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What would you say is the best way to start a robotic process automation project to maximize success?
Accepted Answer Pending Moderation
White Rabbit: 'Where shall I begin, please your Majesty?'

'Begin at the beginning', the King said gravely, ' and go on till you come to the end: then stop.' [Lewis Carroll, 1865]
Comment
  1. more than a month ago
  2. BPM Discussions
  3. # 1
Accepted Answer Pending Moderation
If it's your first project (or an early project), take time to identify work that will actually be most suited to RPA. Not just technically suited, but operationally suited. Work that's routine and rules-based and relies on patchworks of systems, yes; but also places where a significant amount of very similar work is carried out in at least a small team. Otherwise it might be hard to get a decent return. Business functions like accounts payable are a great place to focus for precisely this reason.
Whether it's an early project or not, the same things that apply in a BPM context apply here: build a cross-disciplinary team with business involvement, work collaboratively and in the open, with users involved, work iteratively. Don't try to get to 100% as in almost all cases this will be a fool's errand.
Comment

Good advice, totally consistent with the method of choice for Strategic Planning in any corporation where the challenge is more "promising" initiatives than can be undertaken in any time slice, because of scarce resources.

See . . .
"Strategy Development – Same old, or entirely new?" 2018-06-10

https://wp.me/pzzpB-Sd
  1. more than a month ago
  2. BPM Discussions
  3. # 2
Accepted Answer Pending Moderation
Find the appropriate use case - tasks that are highly manual, redundant, structured, and don't vary.

For example, in order to justify annual awards, government staffers manually collect the same data from the same various systems to enter into a same payroll system. There are 10 staffers handling roughly 13,000 actions with each action taking 5 minutes. So roughly $40K of manual work in this one task area that can be eliminated by using RPA bots to gather, consolidate, compare, and post data.

Now you need to gather requirements to create a POC.

Questions to ask:
-What are the applications used (Java, SAP, Web, Excel)?
-What are the screens in the applications that contain the data?
-What are the data to collect? Structured? Unstructured?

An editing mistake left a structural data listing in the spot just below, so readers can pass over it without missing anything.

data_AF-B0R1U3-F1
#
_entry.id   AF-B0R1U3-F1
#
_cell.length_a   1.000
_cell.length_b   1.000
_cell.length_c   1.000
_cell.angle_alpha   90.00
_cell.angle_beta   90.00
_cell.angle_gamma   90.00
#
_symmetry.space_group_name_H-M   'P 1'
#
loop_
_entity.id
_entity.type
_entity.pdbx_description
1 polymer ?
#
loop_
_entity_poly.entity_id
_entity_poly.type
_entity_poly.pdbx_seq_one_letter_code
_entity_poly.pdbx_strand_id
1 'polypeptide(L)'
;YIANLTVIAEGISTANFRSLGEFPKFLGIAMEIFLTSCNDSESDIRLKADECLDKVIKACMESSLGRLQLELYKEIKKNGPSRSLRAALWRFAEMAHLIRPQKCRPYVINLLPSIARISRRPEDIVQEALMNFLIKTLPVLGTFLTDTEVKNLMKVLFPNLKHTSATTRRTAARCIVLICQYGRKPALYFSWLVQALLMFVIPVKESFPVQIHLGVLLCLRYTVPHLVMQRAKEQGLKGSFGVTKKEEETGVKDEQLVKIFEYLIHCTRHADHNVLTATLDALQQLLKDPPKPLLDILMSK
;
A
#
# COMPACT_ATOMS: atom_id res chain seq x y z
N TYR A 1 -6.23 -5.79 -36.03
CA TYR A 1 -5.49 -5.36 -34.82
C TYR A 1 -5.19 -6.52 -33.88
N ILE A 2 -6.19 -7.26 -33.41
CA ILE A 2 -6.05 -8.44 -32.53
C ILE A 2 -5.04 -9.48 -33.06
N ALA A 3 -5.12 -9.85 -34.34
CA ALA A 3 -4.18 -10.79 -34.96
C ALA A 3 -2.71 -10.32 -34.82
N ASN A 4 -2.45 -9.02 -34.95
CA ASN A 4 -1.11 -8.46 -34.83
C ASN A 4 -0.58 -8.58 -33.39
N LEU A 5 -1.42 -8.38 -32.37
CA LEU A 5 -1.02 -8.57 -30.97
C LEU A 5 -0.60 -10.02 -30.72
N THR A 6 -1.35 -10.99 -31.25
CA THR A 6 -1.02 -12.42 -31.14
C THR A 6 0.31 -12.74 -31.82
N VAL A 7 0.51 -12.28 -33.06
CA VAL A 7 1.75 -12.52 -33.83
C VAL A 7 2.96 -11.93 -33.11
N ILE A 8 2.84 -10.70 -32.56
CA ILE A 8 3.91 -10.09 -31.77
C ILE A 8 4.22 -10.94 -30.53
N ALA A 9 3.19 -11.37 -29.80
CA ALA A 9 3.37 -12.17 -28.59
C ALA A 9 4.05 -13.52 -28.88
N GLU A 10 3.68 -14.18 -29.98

-Does the screen configuration change?
-What are the exceptions? How handled?
-What are the outputs?

You get the idea.

RPA is straight forward. The bot replaces the person. Program the bot on where to go, what to see, what to get, what to do with it, and where to put it.
Comment
  1. more than a month ago
  2. BPM Discussions
  3. # 3
Accepted Answer Pending Moderation
As often happens, the initial excitement is often to get a bunch of "IT" work done with cheap, relatively unskilled labor who doesn't understand your business. OR, to have your business folks do the work (cheap as in hidden cost, not a hard cost on the P&L). Those approaches typically don't work well. It isn't that these personas can't be enabled, but that the fact that an organizations goals are to foist this work on these people is a sign of how little commitment to investing in the organization there is.

So take a different approach. Get some experts in. Address automation in context of the business, understand the pitfalls and what makes automation brittle. Realize that most people are just there to take the order, do the minimum, and exit. Go get the real business value that is there to get (in a couple of our projects the returns have been eye opening good). I heard one company describe RPA in their organization as "instant technical debt" - which is a good indicator of how it can go wrong, or how it can be used as a band-aid to get quick resolution on a bit of integration or automation to be replaced by something robust later (which may still be RPA, but more "designed" in nature). But it also can be used to unlock value in areas that are otherwise stubborn to change.
Comment
  1. Ian Gotts
  2. 4 months ago
  3. #5570
So true.
*mic drop!
  1. John Morris
  2. 4 months ago
  3. #5572
+1 mic drop!
  1. more than a month ago
  2. BPM Discussions
  3. # 4
Accepted Answer Pending Moderation
Simple. 1. Understand the business processes. 2. Gather requirements. 3. Build bots. 4. Document what you've built so you can improve the business with what you've learnt. So back to 1. and round the cycle.
Comment
  1. John Morris
  2. 4 months ago
  3. #5573
You have a knack for the MVE ("minimum viable explanation"). :)
  1. more than a month ago
  2. BPM Discussions
  3. # 5
Accepted Answer Pending Moderation
RPA Projects should be kick-started based on the following 3 Steps:

  • Relevance of the Process/Project from a Customer viewpoint
  • Technology Implementation feasibility & customization effort if any from an IT standpoint
  • Benefit & RoI Calculation from a Business standpoint


The outcome of the above exercise can lead to "Identification of the right RPA candidate". There can be multiple ways to arrive at this via heat-map analysis or exhaustive data-driven metrics.